Bangladesh liberation film opens old wounds

By AFP
Published: February 20, 2011

Bangladeshi actress Shaina Amin acts in a scene of Bengali film 'Meherjaan' in Tangail District of Dhaka. PHOTO: AFP

Bangladeshi actress Shaina Amin acts in a scene of Bengali film 'Meherjaan' in Tangail District of Dhaka. PHOTO: AFP Indian actress Jaya Bachchan acts in a scene of Bengali film 'Meherjaan' in Gulshan District of Dhaka. PHOTO: AFP Indian actor Victor Banerjee, who played the role of Dr Aziz Ahmed in the 1984 Oscar winning film A Passage to India, acts in a scene. PHOTO: AFP
DHAKA: 

A Bangladeshi film about a love affair set in the country’s bloody 1971 struggle has stirred up heated debate, prompting the distributor to pull it from cinemas.

Meherjaan: A Story of War and Love, which features some of south Asia’s biggest stars including Victor Banerjee and Jaya Bachchan, wife of Indian movie legend Amitabh Bachchan, was released last month to critical acclaim.

But the plot, charting a romance between a local girl and a Pakistani soldier, has hit a raw nerve in Bangladesh, where a new tribunal has just begun prosecuting suspected collaborators.

“I fought in the war but after we released this film, my fellows  called me a collaborator,” the owner of the film’s distribution company, Habibur Rahman Khan, told AFP.

“We’ve stopped distributing the film because critics said it degraded Bangladeshis,” he said.

In the film, Meherjaan, a Bangladeshi girl, falls in love with a Pakistani soldier .

A barrage of criticism in the Bangladeshi press and on the Internet said the film’s romantic storyline undermined the suffering during the war.

“Meherjaan has insulted the spirit of the country’s liberation war and our history,” said four writers, in a joint article in the Prothom Alo newspaper.

“Under the guise of a story about love and war, it’s a film about insult and deception,” they wrote.

The film, because of its positive depiction of a Pakistani soldier, has been “unofficially banned”, Farzana Boby, an assistant director on the film, told AFP.

“It is unfortunate. All we have tried to do is to make a good film. It has been pulled even though it was drawing bigger crowds than any other major hit film in Bangladesh,” she said.

The crew and directors have also become targets of hate-campaigns by people who cannot tolerate a “different narrative of our liberation war,” she said.

“They are angry because our story does not follow the dominant theme of the struggle. There cannot be a good-natured Pakistani soldier who rebels against the army,” she said.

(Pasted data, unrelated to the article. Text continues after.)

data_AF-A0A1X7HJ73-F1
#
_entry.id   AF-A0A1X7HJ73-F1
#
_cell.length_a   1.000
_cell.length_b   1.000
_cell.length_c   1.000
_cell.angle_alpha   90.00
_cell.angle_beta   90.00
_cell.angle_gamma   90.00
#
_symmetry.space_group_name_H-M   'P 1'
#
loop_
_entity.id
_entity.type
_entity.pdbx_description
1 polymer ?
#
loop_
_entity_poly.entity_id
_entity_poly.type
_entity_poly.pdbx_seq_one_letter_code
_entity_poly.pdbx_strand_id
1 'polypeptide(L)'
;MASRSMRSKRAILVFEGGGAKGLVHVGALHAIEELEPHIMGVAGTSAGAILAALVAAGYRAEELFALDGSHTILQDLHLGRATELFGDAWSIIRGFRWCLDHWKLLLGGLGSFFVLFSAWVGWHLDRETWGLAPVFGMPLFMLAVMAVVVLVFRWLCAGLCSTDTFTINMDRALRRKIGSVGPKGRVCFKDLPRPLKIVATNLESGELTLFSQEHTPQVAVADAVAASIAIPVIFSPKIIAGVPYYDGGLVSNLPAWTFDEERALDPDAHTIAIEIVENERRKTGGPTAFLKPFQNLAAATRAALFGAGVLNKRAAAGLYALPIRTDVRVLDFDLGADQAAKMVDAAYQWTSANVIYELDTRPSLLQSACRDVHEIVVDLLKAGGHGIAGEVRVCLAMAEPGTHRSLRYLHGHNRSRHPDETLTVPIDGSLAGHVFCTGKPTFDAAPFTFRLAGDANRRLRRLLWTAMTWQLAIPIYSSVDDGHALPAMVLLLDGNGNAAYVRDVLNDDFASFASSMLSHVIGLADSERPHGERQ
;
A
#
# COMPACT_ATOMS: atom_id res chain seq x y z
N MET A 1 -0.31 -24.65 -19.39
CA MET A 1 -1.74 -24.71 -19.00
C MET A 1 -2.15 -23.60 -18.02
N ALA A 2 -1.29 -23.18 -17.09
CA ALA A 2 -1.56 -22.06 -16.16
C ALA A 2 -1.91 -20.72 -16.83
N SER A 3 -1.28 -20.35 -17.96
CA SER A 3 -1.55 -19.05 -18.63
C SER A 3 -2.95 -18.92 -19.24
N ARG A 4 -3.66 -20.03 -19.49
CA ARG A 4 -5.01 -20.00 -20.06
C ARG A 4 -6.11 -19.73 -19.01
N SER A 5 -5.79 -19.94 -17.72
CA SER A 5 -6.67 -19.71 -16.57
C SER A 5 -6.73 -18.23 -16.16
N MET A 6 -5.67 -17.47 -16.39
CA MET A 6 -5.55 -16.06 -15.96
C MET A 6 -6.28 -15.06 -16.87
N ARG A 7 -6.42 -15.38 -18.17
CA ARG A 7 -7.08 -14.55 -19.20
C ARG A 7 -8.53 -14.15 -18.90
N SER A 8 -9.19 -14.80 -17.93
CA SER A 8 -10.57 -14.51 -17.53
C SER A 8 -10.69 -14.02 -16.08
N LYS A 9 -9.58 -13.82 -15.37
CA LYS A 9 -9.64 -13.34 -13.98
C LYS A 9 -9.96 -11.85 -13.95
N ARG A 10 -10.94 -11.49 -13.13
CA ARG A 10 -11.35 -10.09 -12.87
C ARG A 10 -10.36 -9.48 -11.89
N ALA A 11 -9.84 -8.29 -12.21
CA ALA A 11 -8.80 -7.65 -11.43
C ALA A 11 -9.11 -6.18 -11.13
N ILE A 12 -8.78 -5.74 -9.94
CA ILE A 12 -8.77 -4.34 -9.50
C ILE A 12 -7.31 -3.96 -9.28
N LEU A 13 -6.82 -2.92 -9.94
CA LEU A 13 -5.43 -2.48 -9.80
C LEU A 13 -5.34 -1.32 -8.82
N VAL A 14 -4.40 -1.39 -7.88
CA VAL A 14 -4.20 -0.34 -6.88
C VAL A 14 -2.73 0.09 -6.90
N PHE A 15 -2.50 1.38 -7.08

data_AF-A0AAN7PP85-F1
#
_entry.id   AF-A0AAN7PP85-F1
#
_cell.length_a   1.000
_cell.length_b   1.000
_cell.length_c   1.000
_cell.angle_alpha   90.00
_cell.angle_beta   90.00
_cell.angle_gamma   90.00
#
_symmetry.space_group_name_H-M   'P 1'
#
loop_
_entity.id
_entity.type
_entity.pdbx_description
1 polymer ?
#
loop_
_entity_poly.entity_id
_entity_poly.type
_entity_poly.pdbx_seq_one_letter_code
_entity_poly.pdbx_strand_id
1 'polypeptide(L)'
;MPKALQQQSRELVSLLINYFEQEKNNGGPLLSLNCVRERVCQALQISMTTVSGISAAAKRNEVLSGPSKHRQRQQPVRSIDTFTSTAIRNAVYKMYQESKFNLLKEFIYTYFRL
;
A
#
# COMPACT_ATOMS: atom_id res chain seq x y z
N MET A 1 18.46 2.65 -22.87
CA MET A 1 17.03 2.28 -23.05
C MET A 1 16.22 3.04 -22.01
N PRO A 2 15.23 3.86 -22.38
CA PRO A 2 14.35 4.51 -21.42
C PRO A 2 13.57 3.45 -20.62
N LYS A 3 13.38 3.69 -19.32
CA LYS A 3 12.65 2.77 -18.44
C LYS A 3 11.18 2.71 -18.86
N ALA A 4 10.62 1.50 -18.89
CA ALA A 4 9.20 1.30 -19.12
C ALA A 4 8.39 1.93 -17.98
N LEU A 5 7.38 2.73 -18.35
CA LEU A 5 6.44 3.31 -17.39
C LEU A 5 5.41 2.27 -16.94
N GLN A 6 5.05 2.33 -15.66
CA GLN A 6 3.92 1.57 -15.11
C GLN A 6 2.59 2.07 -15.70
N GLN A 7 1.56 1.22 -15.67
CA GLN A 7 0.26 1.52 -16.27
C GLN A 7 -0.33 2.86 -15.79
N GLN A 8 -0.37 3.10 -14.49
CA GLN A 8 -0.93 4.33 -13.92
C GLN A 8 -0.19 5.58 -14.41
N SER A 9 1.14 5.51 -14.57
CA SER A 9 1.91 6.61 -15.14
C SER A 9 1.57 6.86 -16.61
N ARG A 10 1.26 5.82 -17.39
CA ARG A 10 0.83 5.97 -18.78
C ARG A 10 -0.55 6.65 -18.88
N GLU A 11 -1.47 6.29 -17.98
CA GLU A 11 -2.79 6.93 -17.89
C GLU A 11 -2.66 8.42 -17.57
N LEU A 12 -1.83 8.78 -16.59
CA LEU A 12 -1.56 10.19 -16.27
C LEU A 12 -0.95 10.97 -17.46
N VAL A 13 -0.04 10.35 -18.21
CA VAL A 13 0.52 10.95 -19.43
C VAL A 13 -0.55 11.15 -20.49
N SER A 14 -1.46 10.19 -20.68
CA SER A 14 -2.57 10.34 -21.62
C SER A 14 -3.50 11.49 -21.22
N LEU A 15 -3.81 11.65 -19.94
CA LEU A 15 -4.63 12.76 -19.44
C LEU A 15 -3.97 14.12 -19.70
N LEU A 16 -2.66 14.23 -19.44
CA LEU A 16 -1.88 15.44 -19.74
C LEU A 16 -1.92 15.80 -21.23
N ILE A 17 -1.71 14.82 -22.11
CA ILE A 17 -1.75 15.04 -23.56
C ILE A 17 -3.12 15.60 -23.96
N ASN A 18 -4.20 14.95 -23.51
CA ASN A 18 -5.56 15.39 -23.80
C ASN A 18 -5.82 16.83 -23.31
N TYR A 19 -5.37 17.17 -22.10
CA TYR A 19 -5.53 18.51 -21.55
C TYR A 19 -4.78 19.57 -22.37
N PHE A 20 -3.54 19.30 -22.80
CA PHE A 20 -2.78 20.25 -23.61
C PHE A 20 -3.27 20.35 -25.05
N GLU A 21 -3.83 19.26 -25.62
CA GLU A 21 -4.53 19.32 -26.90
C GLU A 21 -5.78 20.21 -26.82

Some industry professionals have lamented the angry reception the film has been given.

“It’s unfortunate there is such a huge controversy over such a good film. We live in a democratic country and everyone has the right to tell their own story,” film director Chasi Nazrul Islam told AFP.

“We get stronger if we listen to all voices.”

Reader Comments (17)

  • Goga
    Feb 20, 2011 - 8:09PM

    Why? Is a love affair between two muslims sin? Why cant they show pakistani men fall in love? This is insultingRecommend

  • Nasir Jamal
    Feb 20, 2011 - 8:17PM

    A few years back I had a chance to go to Bangladesh for attending a conference. It was my first visit to Bangladesh. I was surprised to learn that even though they were very friendly and amiable otherwise, they would simply not hear of anything about Pakistan. They simply hate Pakistan if I would put it mildly.

    It is no wonder that the film has evokes so much protest and controversy.Recommend

  • bvindh
    Feb 20, 2011 - 8:53PM

    May be the first and second sequels of this film would be about a Chinese woman falling in love with a Japanese soldier in Nanking and a Jewish woman falling in love with Hitler at a concentration camp respectively.Recommend

  • Ashutosh
    Feb 20, 2011 - 11:56PM

    The part of the problem is that people of Pakistan don’t know the truth. Some incidences like the reaction or Bangladeshis toward this movie will force many Pakistanis to look for answers. Then may be the can uncover the truth.

    People who do not learn from the history are doomed to repeat it … is a old proverb.

    May be if Pakistanis knew about the correct history, they probably would have treated Baluchistan and Wazistan differently …. And not used helicopter gunships, aerial bombardments and artillery shelling on their own populous…Recommend

  • Fighter
    Feb 21, 2011 - 4:47AM

    @bvindh:
    YOU SIMPLY DON’T GET IT? DO u? The problem is the Pakistani men, but the Pakistani men of 1971′s time, Pakistani Army of 1971′s time. After all, the liberation East Pakistani wasn’t a black and white story, there still are a loads of unanswered question about that “time”.

    So if it helps you understand any better, well, then try to understand these hard emotions are due to the unhealed wounds of the the “Time”, the time of of 1971.Recommend

  • Kamil Bashir
    Feb 21, 2011 - 4:55AM

    @ Nasir Jamal